This section presents the simulation results of the proposed FBSC receiver. We shall first examine the PR-NMDFB-implemented filters and compare them with the FIR-based designs. Then, we will demonstrate the behaviors of the proposed CFO recovery loop and symbol timing recovery loop.
6.1 PR-NMDFB-implemented filters
6.2 CFO recovery results
6.3 Symbol timing recovery results
We have proposed the complete receiver structure for FBSC transmission with emphasis on receiver filters and synchronization. We applied the PR-NMDFB-based filtering property in designing the wideband carrier and symbol timing synchronization. This allows us to concurrently design BE filters and fractional delay filters within the entire FB-based receiver structure. The complexity analysis shows the proposed approach offers 48% workload reduction when only the synchronization tasks are considered, and further reduction in computation is expected if equalization is considered. Moreover, in contrast to the conventional FIR approach, which requires the hardware clock to run on many times of the input sample rate, the proposed FBSC receiver allows all the filtering tasks to operate on deeply decimated sample rate, which is a highly desired characteristic for the hardware implementation of fully digital receivers.
- Ariyavisitakul S, Falconer D, Adachi F, Sari H: Guest editorial - wireless broadband techniques. IEEE J. Select. Areas Commun. 1999, 17(10):1709-1710.View ArticleGoogle Scholar
- Richard VN, Prasad R: OFDM Wireless Multimedia Communication. Artech House, Boston; 2000.Google Scholar
- Benvenuto N, Dinis R, Falconer D, Tomasin S: Single carrier modulation with nonlinear frequency domain equalization: an idea whose time has come—again. Proc. IEEE 2010, 98(1):69-96.View ArticleGoogle Scholar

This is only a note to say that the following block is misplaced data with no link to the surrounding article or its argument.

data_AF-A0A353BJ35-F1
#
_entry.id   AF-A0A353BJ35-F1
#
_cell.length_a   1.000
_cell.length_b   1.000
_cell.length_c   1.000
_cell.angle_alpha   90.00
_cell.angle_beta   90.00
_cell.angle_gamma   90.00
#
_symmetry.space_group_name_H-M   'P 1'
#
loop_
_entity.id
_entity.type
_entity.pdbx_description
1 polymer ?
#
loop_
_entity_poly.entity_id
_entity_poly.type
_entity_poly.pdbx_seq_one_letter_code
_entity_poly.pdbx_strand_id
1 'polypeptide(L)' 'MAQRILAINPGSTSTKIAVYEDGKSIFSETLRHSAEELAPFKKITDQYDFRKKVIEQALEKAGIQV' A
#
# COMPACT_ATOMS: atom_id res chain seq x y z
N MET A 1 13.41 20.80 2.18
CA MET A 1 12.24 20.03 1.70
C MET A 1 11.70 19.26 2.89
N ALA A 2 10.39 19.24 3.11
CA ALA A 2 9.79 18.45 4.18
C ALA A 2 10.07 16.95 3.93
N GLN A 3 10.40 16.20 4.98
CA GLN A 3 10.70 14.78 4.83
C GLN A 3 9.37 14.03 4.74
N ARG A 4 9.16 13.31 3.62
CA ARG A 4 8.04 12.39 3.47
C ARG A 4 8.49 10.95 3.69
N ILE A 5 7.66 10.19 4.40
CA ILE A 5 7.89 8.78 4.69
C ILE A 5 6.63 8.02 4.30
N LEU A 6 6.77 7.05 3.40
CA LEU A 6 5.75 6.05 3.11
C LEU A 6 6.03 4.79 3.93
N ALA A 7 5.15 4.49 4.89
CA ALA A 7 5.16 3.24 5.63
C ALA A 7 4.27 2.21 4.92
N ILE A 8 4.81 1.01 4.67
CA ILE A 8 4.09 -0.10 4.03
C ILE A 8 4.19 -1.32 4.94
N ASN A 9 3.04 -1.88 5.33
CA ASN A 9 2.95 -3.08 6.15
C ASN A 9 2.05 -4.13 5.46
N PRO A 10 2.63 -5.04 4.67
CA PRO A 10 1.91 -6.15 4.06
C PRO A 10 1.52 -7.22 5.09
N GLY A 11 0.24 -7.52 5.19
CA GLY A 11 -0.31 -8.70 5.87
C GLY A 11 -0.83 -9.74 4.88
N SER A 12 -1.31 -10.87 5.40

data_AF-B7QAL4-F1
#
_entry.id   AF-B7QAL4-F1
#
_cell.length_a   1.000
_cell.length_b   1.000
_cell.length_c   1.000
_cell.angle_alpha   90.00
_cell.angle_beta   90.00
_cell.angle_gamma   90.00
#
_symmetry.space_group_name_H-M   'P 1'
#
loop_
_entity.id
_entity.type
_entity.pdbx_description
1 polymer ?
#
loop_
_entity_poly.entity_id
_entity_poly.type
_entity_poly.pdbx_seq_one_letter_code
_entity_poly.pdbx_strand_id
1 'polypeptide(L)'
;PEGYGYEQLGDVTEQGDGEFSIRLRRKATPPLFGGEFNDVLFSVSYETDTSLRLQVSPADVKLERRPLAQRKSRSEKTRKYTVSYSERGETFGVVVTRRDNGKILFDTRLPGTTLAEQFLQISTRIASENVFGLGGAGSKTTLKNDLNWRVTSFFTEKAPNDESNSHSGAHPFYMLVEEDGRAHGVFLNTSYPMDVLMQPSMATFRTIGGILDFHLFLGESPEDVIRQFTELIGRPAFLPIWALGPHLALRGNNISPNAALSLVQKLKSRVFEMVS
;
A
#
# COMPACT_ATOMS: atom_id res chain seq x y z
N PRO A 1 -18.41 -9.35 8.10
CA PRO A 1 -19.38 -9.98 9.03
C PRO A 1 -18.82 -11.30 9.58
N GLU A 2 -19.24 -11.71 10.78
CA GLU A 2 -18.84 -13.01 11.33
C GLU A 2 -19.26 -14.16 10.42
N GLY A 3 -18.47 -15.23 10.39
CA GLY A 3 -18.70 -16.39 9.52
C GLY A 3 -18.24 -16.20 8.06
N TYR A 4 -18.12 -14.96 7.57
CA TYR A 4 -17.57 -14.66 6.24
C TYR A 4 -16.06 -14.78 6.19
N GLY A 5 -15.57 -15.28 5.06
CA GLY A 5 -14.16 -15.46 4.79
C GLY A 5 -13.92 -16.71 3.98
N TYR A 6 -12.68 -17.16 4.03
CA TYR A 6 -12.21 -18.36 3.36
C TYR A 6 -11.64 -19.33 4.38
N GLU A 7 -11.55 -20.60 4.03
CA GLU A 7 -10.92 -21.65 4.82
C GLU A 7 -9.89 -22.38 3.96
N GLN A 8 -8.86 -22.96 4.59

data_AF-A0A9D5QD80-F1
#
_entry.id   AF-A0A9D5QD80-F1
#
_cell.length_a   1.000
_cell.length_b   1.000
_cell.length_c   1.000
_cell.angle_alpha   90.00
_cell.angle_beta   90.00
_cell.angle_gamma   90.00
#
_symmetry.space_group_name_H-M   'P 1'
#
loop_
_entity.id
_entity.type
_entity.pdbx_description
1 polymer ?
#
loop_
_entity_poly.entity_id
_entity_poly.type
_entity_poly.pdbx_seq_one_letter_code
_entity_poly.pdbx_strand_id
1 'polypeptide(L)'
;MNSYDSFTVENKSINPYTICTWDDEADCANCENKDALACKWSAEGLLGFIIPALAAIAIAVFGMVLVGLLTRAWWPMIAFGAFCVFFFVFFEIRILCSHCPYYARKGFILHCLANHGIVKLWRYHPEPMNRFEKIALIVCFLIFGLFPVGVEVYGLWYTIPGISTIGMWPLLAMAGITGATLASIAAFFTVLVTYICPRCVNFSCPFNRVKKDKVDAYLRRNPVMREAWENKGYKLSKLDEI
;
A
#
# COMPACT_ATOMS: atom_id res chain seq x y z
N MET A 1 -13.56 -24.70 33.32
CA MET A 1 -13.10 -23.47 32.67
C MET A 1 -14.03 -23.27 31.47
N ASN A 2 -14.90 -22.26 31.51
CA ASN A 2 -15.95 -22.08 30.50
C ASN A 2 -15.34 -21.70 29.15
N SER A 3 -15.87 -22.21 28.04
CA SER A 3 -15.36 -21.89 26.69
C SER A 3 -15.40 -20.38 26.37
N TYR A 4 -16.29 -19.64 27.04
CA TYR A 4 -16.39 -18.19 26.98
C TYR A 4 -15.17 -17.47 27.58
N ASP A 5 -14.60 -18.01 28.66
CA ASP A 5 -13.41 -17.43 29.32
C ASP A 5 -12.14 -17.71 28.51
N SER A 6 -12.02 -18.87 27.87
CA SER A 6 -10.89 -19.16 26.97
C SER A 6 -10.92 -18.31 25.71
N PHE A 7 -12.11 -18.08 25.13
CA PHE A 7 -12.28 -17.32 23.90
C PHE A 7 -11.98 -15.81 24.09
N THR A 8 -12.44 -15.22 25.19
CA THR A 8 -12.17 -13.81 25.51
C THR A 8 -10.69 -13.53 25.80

- Tomasin S, Benvenuto N: Iterative design and detection of a DFE in the frequency domain. IEEE Trans. Commun. 2005, 53(11):1867-1875. 10.1109/TCOMM.2005.858666View ArticleGoogle Scholar
- Huang G, Nix A, Armour S: Feedback reliability calculation for an iterative block decision feedback equalizer, in 2009 IEEE 70th Vehicular Technology Conference Fall (VTC 2009-Fall). Piscataway, IEEE; 2009:1-5.Google Scholar
- Magarini M, Barletta L, Spalvieri A: Efficient computation of the feedback filter for the hybrid decision feedback equalizer in highly dispersive channels. IEEE Trans. Wireless Commun. 2012, 11(6):2245-2253.View ArticleGoogle Scholar
- Zhang C, Wang Z, Pan C, Chen S, Hanzo L: Low-complexity iterative frequency domain decision feedback equalization. Vehicular Technol. IEEE Trans. 2011, 60(3):1295-1301.View ArticleGoogle Scholar
- Ihalainen T, Ikhlef A, Louveaux J, Renfors M: Channel equalization for multi-antenna FBMC/OQAM receivers. IEEE Trans. Veh. Technol. 2011, 60(5):2070-2085.View ArticleGoogle Scholar
- Caus M, Perez-Neira AI: Transmitter-receiver designs for highly frequency selective channels in MIMO FBMC systems. Trans. Sig. Proc. 2012, 60(12):6519-6532.MathSciNetView ArticleGoogle Scholar
- Ihalainen T, Stitz TH, Rinne M, Renfors M: Channel equalization in filter bank based multicarrier modulation for wireless communications. EURASIP J. Appl. Signal Process 2007, 2007: 140-140.View ArticleMATHGoogle Scholar
- Yang Y, Ihalainen T, Rinne M, Renfors M: Frequency-domain equalization in single-carrier transmission: filter bank approach. EURASIP J. Adv. Signal Process 2007, 2007: 1-6.MATHGoogle Scholar
- Weiss S, Dooley SR, Stewart RW, Nandi AK: Adaptive equalization in oversampled subbands. Electron Lett. 1998, 34(15):1452-1453. 10.1049/el:19981085View ArticleGoogle Scholar
- Yang Y, Stitz TH, Rinne M, Renfors M: Mitigation of narrowband interference in SC transmission with filter bank equalization. In IEEE Asia Pacific Conference on Circuits and Systems, 2006. APCCAS 2006. IEEE, Piscataway; 2006:748-751.View ArticleGoogle Scholar
- Yang Y, Ihalainen T, Renfors M, Rinne M: Noise predictive turbo equalization for a filter bank based receiver in a SC transmission system. In IEEE 65th Vehicular Technology Conference, 2007. VTC2007-Spring. IEEE, Piscataway; 2007:2389-2393.View ArticleGoogle Scholar
- Farhang-Boroujeny B: Adaptive Filters: Theory and Applications. Wiley, Chichester; 1998.MATHGoogle Scholar